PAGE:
ASP.NET MVC with Windsor – programmatic controller registration

March 28, 2009 at 11:29 AMAndre Loker

Although I’m a loyal MonoRail user, I’m playing with ASP.NET MVC a bit sometimes if time permits. One of the first things I wanted to do is using an IoC container such as Windsor to resolve controllers. ASP.NET MVC was built with extensibility in mind, so that’s not much of a problem, and it has been written about, for example by Matt Hall.

The problem is that the articles I read use the Windsor XML configuration for this. Frankly, I don’t like to configure my IoC container using XML if I don’t have to. Its syntax is pretty verbose and honestly I don’t need the controllers to be configured externally. Therefore, I prefer to use programmatic registration. Windsor has such a sweet registration API, you got to love it.

Alright, so what do you have to do to make programmatically registered controllers available to ASP.NET MVC?

Step 1 – create the container instance

This is easy: in the Application_Start event create the WindsorContainer and store it in a static(!) field. It has to be static, because more than one instance of the HttpApplication can potentially be created.

 

   1: public class MvcApplication : System.Web.HttpApplication {
   2:   static IWindsorContainer container;
   3:  
   4:   protected void Application_Start() {
   5:     CreateWindsorContainer();
   6:     RegisterRoutes(RouteTable.Routes); // has been there before!
   7:   }
   8:  
   9:   static void CreateWindsorContainer() {
  10:     container = new WindsorContainer();
  11:   }
  12: }

Did I mention that the container field needs to be static?

Step 2 – register controllers

This is where the nice API of Windsor comes into play. Extend the application as follows:

   1: public class MvcApplication : System.Web.HttpApplication{
   2:   ...
   3:  
   4:   protected void Application_Start() {
   5:     CreateWindsorContainer();
   6:     RegisterRoutes(RouteTable.Routes);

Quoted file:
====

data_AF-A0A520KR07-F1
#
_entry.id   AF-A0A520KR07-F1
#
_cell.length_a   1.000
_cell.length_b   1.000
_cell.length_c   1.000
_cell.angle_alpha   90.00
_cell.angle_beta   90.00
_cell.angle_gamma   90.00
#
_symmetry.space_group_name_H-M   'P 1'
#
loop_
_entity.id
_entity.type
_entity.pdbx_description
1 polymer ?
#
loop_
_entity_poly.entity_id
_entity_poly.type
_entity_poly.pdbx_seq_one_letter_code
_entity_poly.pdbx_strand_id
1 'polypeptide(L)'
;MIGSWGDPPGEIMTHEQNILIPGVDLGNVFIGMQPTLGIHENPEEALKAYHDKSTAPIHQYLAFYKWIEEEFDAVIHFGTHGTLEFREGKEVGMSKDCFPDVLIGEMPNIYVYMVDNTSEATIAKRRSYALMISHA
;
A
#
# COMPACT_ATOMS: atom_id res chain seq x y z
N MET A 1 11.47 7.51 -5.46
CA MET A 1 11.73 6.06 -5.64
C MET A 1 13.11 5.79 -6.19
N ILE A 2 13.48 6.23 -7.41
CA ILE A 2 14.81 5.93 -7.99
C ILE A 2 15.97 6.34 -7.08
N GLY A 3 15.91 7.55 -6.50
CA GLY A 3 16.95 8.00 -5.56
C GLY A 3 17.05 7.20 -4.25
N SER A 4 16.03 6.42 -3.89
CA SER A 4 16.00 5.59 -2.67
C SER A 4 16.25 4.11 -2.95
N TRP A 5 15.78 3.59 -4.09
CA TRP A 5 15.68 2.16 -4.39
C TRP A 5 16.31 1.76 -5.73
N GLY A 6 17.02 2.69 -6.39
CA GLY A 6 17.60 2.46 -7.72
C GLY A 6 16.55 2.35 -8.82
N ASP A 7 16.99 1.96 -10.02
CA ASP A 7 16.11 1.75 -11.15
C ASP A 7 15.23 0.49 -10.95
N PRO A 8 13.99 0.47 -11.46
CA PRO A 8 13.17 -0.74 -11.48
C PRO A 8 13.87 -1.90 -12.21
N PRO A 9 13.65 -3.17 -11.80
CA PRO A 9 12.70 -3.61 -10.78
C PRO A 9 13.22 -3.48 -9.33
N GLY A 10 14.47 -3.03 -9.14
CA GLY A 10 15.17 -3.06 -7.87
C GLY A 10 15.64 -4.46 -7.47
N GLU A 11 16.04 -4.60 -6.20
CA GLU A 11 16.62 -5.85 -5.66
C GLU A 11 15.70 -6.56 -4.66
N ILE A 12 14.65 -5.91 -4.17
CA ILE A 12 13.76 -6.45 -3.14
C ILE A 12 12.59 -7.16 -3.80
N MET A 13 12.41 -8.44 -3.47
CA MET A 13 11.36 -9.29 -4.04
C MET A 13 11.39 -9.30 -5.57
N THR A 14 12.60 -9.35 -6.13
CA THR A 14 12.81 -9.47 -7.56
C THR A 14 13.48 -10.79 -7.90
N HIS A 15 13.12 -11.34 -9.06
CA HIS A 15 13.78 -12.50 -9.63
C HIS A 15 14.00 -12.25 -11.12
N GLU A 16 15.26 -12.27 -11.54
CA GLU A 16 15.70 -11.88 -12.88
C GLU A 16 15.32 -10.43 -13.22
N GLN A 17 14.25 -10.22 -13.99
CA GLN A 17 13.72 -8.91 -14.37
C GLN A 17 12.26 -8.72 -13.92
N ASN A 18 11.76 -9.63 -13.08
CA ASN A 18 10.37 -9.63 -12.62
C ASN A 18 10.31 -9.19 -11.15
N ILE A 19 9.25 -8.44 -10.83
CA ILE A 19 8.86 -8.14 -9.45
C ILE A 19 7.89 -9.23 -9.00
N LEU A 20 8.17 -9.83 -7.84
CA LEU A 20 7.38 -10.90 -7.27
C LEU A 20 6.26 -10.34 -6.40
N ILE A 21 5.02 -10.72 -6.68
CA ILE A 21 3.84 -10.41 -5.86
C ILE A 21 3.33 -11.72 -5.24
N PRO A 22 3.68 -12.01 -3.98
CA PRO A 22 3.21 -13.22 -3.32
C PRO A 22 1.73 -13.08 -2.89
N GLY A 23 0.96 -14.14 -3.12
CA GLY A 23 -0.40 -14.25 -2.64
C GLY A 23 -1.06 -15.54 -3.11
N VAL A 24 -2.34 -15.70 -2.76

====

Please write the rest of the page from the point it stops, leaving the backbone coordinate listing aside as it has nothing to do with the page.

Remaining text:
7:     RegisterControllers(); // added
   8:   }
   9:  
  10:   ...
  11:  
  12:   static void RegisterControllers() {
  13:     container.Register(
  14:       AllTypes
  15:         .FromAssembly(Assembly.GetExecutingAssembly())
  16:         .BasedOn<IController>()        
  17:     );
  18:   }
  19: }

This is simple, isn’t it? No per-controller-entry in some XML file, just a simple piece of code.

Step 3 – create your own controller factory

To create the controller instances, ASP.NET MVC uses an object that implement IControllerFactory. So all we need to do is roll our own controller factory that uses Windsor and tell ASP.NET MVC to use that.

OK, so here’s our controller factory:

   1: public class WindsorControllerFactory : IControllerFactory {
   2:  
   3:   readonly IWindsorContainer container;
   4:  
   5:   public WindsorControllerFactory(IWindsorContainer container) {
   6:     this.container = container;
   7:   }
   8:  
   9:   public IController CreateController(RequestContext requestContext, string controllerName) {
  10:     var componentName = GetComponentNameFromControllerName(controllerName);
  11:     return container.Resolve<IController>(componentName);
  12:   }
  13:  
  14:   public void ReleaseController(IController controller) {
  15:     container.Release(controller);
  16:   }
  17:  
  18:   /// <summary>
  19:   /// Maps from a simple controller name to the name of the component
  20:   /// that implements the controller.
  21:   /// </summary>
  22:   /// <param name="controllerName">Name of the controller.</param>
  23:   /// <returns>Name of the controller component.</returns>
  24:   static string GetComponentNameFromControllerName(string controllerName) {
  25:     var controllerNamespace = typeof(HomeController).Namespace;
  26:     return string.Format("{0}.{1}Controller", controllerNamespace, controllerName);
  27:   }
  28: }

Nothing fancy here: first, we’ll need the windsor container instance, so we pass it as a constructor dependency. CreateController and ReleaseController are the two methods of IControllerFactory – their purpose should be self-explanatory. GetComponentNameFromControllerName maybe needs some further explanation. ASP.NET MVC will ask for controllers by their simple name, that is “Home” or “About” etc. However, by the way we registered the controller components Windsor knows them by their full type name, e.g. “MyApplication.Controllers.HomeController” and “MyApplication.Controllers.AboutController”. GetComponentNameFromControllerName simply converts from the simple controller name to the full component name.

Step 4 – tell ASP.NET MVC to use our controller factory

The last step is to tell ASP.NET MVC to actually use our IControllerFactory implementation instead of the default one. Conceptually this is easy, we only need to call ControllerBuilder.Current.SetControllerFactory and pass it either the type of our IControllerFactory implementation or an instance. But let’s not be too quick here and try to keep our application as DI-ish as possible. Here’s how I’d set the controller factory: